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Written by:
Fred Rine, CEO of FDRsafety and former long-time Managing Director of Safety and Health at FedEx
Jim Stanley, President of FDRsafety and former U.S. Deputy Assistant Secretary of Labor for OSHA
Mike Taubitz, Senior Advisor to FDRsafety and former Global Safety Director for General Motors
Rose McMurray, Chief Transportation Advisor to FDRsafety and former Chief Safety Officer of the Federal Motor Carrier Administration

Supreme Court decision means OSHA has 6 months to issue citations

March 5th, 2013 posted by Jim Stanley

Jim Stanley

OSHA can no longer issue citations alleging violations more than six months old.

That is the impact of a U.S. Supreme Court decision issued Feb. 27 in a case called Gabelli v. SEC. Although the case dealt directly with the Securities and Exchange Commission, it applies to OSHA as well.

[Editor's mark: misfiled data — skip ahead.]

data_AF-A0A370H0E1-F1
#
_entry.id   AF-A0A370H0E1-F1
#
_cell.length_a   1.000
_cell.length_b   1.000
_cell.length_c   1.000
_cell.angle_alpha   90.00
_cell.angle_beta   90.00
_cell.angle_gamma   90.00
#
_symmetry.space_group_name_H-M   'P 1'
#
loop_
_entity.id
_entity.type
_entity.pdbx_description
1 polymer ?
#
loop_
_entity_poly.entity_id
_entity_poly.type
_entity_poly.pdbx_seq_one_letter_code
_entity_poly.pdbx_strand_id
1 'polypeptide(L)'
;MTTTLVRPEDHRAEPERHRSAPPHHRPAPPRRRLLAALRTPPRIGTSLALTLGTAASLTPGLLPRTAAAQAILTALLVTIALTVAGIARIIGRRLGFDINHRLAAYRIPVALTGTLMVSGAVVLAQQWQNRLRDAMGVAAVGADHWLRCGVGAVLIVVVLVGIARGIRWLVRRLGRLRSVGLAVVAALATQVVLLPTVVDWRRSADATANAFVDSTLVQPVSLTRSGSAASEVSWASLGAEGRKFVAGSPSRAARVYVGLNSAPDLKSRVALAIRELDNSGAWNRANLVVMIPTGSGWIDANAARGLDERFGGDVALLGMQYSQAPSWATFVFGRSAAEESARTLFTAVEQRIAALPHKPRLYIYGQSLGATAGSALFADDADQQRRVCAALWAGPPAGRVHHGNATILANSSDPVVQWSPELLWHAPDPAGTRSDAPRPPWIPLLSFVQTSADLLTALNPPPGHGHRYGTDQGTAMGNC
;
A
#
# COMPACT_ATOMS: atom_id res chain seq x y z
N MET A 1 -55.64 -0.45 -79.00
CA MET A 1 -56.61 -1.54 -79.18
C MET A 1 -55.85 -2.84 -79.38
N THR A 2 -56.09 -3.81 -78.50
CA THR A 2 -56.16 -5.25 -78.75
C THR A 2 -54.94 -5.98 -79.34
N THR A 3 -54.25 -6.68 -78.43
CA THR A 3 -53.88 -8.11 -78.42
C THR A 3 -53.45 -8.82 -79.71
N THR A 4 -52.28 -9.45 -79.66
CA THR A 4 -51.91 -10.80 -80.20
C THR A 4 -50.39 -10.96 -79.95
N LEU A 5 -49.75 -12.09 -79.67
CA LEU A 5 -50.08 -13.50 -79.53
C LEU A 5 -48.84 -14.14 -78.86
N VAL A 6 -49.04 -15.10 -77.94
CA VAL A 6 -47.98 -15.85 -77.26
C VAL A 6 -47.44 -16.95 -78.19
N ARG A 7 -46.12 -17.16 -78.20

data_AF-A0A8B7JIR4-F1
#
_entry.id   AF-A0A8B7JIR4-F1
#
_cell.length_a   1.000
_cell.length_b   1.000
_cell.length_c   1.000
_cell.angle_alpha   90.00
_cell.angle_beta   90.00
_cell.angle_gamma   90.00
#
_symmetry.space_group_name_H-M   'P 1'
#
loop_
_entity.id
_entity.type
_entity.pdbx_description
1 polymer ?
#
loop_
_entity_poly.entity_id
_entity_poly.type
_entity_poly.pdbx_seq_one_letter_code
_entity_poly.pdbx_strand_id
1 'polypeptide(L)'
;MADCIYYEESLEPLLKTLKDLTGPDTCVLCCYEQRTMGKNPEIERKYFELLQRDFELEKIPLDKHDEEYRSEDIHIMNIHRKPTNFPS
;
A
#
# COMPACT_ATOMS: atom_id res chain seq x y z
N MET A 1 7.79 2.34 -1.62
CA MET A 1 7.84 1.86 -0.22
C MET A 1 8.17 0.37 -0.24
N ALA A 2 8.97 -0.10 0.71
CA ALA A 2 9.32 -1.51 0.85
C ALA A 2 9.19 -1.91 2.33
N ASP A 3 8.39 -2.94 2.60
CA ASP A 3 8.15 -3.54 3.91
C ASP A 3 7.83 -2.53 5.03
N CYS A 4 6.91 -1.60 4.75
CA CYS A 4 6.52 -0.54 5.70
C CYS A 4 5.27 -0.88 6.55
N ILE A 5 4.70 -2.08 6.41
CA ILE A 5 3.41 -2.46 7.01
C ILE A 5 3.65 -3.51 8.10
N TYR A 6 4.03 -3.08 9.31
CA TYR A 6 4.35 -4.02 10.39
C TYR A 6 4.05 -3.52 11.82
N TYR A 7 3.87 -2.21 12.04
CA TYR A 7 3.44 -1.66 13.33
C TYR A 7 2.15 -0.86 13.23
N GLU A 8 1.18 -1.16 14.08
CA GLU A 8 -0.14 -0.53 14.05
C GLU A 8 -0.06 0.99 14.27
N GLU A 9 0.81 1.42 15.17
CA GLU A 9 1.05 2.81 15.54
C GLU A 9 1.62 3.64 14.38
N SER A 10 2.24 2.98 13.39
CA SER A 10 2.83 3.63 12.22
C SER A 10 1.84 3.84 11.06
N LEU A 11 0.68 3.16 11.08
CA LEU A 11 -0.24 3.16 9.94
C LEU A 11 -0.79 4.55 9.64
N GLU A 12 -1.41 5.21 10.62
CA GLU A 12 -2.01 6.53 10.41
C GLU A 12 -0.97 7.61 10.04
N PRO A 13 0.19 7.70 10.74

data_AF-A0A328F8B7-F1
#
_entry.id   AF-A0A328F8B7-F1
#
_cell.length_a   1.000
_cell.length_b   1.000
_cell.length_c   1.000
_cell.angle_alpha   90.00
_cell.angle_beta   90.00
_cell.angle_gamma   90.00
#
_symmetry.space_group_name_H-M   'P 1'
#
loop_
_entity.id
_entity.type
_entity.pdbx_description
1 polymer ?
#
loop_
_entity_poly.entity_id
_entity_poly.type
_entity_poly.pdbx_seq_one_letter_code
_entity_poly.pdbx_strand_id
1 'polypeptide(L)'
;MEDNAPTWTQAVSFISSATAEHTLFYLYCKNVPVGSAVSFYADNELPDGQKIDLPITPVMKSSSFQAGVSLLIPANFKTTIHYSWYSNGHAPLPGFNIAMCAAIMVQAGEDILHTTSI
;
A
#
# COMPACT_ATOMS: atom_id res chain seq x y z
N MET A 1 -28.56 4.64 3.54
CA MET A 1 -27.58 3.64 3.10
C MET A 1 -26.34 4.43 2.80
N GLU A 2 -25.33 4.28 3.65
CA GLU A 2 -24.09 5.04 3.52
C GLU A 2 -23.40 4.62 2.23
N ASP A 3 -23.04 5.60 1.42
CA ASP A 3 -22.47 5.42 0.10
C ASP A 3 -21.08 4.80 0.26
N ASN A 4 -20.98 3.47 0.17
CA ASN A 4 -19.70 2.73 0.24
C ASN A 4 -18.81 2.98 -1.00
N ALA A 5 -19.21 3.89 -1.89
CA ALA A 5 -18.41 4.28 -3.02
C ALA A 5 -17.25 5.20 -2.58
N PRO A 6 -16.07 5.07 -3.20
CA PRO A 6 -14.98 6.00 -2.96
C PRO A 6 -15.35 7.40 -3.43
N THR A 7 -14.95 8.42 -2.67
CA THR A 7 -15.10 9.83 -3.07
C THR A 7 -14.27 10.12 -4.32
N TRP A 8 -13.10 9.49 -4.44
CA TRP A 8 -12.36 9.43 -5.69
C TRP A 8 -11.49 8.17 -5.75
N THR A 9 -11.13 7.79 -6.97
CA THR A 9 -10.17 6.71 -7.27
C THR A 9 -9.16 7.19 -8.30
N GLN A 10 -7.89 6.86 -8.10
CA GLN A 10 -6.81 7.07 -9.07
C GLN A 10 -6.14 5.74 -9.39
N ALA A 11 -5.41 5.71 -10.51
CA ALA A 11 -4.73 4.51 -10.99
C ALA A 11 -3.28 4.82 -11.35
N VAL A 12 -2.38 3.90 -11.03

The issue, as described in an article by the McDermott Will & Emery law firm, centers on the so-called discovery rule for postponing the running of a statute of limitations when a federal government agency seeks a civil penalty.

“The Court held that the limitations period begins to run once a violation occurs, and is not postponed until the agency discovers or reasonably should have discovered the violation,” the law firm said.

The decisioneffectively eliminates what might have remained of the OSH Review Commission’s 1993 Johnson Controls decision, which had endorsed the use of a discovery rule in Occupational Safety and Health Administration (OSHA) recordkeeping cases.”

The ruling follows one issued by the U.S. Circuit Court of Appeals for the District of Columbia in the so called “Volks” case, whichdisapproved of OSHA’s continuing violation theory, under which the limitations period does not begin to run until the violation is corrected.”




One Response to “Supreme Court decision means OSHA has 6 months to issue citations”

  1. Hi Jim,
    This is gonna intensify the effectiveness of OSHA. 6 months sounds sufficient time to make correct decisions. I would appreciate if the same guideline hits Alberta Safety.

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